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Baylor Alumni

Tradition Keepers

Chamber celebrates its ninetieth year of service
By Eric Doyle


For nearly a century, the Baylor University Chamber of Commerce has supported, guided, and, at times, coaxed along the traditions of Baylor University. With each generation, a fresh corps of dedicated men and women has been willing to give of themselves so that Baylor students can participate in the living legacy of their predecessors. Each year, a new class of chambermen prepares to take the torch from their forerunners and live the words that have echoed through the years: "Anything for Baylor."

Most Baylor folks know that Chamber cares for the bear mascots, but few stop to consider what else the organization  has taken responsibility for through the years--slime caps, the old card section at football games, the sale of football programs, Parents Weekend and Premiere, Homecoming, pep rallies, Diadeloso. And the list goes on and on.

In February of 1919, a group of Baylor students interested in business careers founded an organization they called The Baylor Business Men's Club, the purpose of which was to promote Baylor student activities and athletics. Under the leadership of its first president, Henry Craig of Olney, the group quickly became more than just a club. Its first project was to help organize Waco's contribution to the national post-World War I Victory Loan Drive. Quickly recognizing their organization's similarity to a city's chamber of commerce, the club changed its name to the Baylor University Chamber of Commerce the following year.

Within a few years, Chamber had firmly established itself on campus and began to take on more administrative responsibilities. In 1923, Chamber was instrumental in the formation of the Baylor School of Business. The following year, the club instituted intramural sports on campus to increase student morale and help spot talent for Baylor athletics. The organization put on the first annual football banquet, inviting players, coaches, and special guests to attend. According to documents in Baylor's Texas Collection, chambermen sponsored the first "Good Will Week" prior to the Homecoming game of 1927.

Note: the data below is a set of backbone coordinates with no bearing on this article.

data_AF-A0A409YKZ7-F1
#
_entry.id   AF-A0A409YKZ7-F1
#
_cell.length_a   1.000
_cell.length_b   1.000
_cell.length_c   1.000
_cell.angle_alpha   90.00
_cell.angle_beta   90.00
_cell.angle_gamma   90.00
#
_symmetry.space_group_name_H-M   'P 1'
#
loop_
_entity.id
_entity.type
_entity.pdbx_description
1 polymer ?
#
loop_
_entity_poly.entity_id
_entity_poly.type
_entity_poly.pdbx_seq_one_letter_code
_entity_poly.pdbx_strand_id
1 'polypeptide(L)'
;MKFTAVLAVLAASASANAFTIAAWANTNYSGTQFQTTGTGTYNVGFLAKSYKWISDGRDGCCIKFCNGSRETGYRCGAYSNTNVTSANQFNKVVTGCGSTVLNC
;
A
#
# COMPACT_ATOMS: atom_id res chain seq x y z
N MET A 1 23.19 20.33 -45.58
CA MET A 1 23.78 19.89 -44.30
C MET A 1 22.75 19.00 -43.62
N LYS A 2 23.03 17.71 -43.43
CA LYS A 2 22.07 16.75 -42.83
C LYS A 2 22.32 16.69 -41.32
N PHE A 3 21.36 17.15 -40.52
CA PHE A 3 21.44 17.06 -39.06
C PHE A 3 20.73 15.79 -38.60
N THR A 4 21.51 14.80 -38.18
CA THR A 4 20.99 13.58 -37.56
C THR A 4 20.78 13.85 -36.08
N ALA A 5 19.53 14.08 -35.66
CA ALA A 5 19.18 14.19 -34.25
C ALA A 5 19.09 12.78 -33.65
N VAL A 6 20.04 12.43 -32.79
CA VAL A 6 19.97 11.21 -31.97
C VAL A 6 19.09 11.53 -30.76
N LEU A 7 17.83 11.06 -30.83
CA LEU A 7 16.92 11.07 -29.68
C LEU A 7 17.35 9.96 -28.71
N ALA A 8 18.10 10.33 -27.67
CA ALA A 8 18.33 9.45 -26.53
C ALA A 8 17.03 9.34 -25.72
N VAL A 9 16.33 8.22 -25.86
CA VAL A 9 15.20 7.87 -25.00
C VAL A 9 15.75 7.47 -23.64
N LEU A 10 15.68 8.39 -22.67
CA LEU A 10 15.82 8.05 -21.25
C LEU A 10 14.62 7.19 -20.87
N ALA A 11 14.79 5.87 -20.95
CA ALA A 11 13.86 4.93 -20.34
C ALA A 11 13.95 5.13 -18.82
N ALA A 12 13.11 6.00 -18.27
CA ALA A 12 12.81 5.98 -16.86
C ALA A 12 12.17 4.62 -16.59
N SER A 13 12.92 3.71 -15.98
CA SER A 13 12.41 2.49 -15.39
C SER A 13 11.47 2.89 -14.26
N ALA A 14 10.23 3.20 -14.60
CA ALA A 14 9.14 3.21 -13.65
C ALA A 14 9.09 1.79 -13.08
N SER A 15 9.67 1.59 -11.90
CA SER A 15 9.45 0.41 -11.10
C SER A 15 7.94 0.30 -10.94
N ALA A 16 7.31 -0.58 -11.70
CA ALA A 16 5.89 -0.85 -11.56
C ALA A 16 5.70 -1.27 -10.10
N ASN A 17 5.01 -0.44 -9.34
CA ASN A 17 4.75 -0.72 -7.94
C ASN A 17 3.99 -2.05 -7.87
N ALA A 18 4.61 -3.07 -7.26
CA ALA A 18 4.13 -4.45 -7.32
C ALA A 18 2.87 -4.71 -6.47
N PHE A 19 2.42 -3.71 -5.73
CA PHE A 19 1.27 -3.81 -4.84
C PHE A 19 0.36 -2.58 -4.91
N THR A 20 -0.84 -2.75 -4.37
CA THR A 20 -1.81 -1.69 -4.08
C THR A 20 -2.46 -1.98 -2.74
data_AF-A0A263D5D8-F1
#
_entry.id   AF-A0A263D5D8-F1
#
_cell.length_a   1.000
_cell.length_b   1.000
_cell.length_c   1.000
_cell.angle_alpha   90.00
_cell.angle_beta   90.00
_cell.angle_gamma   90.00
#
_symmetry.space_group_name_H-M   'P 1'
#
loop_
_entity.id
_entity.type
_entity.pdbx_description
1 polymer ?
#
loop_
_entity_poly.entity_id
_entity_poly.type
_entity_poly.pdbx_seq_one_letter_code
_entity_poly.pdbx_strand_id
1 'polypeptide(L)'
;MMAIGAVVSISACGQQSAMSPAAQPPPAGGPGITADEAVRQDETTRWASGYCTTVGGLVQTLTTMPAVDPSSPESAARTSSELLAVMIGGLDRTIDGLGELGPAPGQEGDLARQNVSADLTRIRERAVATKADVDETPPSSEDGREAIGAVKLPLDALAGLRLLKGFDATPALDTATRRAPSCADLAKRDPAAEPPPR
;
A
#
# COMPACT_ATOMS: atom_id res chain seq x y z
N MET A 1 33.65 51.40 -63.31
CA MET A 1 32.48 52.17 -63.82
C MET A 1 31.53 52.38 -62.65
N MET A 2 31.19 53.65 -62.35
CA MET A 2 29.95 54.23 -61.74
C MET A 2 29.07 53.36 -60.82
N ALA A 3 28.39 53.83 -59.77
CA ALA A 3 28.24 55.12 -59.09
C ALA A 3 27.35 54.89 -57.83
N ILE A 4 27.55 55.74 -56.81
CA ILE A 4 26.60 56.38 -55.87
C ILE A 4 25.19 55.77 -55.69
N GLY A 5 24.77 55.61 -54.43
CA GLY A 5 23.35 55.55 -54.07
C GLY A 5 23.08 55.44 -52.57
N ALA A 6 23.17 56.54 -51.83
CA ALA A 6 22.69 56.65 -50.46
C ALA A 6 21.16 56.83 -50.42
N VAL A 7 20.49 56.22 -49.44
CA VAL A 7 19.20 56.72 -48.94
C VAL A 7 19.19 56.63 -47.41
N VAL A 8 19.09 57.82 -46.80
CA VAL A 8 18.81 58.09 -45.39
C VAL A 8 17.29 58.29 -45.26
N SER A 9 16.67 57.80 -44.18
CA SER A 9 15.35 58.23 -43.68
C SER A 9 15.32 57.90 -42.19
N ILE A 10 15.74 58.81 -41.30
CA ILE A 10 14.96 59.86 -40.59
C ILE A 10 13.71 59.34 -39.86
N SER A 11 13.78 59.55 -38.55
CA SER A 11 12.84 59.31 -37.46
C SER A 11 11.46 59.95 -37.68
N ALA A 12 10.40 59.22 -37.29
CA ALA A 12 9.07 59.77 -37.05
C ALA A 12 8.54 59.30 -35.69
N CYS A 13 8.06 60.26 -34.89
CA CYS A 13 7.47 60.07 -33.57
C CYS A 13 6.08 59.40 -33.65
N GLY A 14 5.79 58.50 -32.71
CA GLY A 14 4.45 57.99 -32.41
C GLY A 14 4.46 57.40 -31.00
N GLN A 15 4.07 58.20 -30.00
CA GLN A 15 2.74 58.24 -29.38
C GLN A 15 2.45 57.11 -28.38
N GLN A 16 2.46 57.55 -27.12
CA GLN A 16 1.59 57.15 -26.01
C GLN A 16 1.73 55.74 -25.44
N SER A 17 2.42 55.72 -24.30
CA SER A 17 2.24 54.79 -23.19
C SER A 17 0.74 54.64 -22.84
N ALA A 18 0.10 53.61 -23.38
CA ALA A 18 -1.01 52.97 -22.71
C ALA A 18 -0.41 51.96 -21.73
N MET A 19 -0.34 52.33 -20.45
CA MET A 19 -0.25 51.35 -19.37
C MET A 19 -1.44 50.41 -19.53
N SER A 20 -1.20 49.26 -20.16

From the late 1920s through the 1930s, Chamber performed an eclectic variety of tasks. They provided outfits for Baylor Yell Leaders and the famous uniforms that earned the Golden Wave Band its name. They founded a Student's Employment Bureau and instituted an annual all-men's show benefiting Baylor athletics. (Members of the 1938 show are pictured above.) They began the annual publication of the Freshman Guide and took over the planning of the Homecoming parade. They sold spirit ribbons, organized pep rallies, and formed a national collegiate chamber of commerce, with its headquarters located in Waco.

In 1940, Chamber sponsored the campaign for a new Baylor fight song composed by Fred Waring, a popular bandleader and radio host, which was broadcast on his national show. It seemed that Chamber was unstoppable. But the advent of World War II nearly destroyed the organization, leaving it with only a single returning member in 1944; all the other chambermen had gone home or off to war.

Chamber, of course, survived and adapted to changing times. They gave some of their duties to other organizations in order to focus on specific traditions. But the biggest change happened in 1993, when members voted to become "gender neutral," reporting in their fall 1994 newsletter that the change was made "to continue this service to Baylor which the club was founded upon." Mike Harper '95, the group's president at the time, told the Lariat  ". . . in the future, the Chamber will be faced with a female rushee, and I strongly believe that the Chamber will review her application as equal to any other applications and maintain the Chamber's high standards of excellence."

That rushee was Roxanne Wilson '00, who in 1997 became Chamber's first female member. She would eventually serve as their first female president. A look at the group's current officer list shows that nearly half of those on the roster are women.


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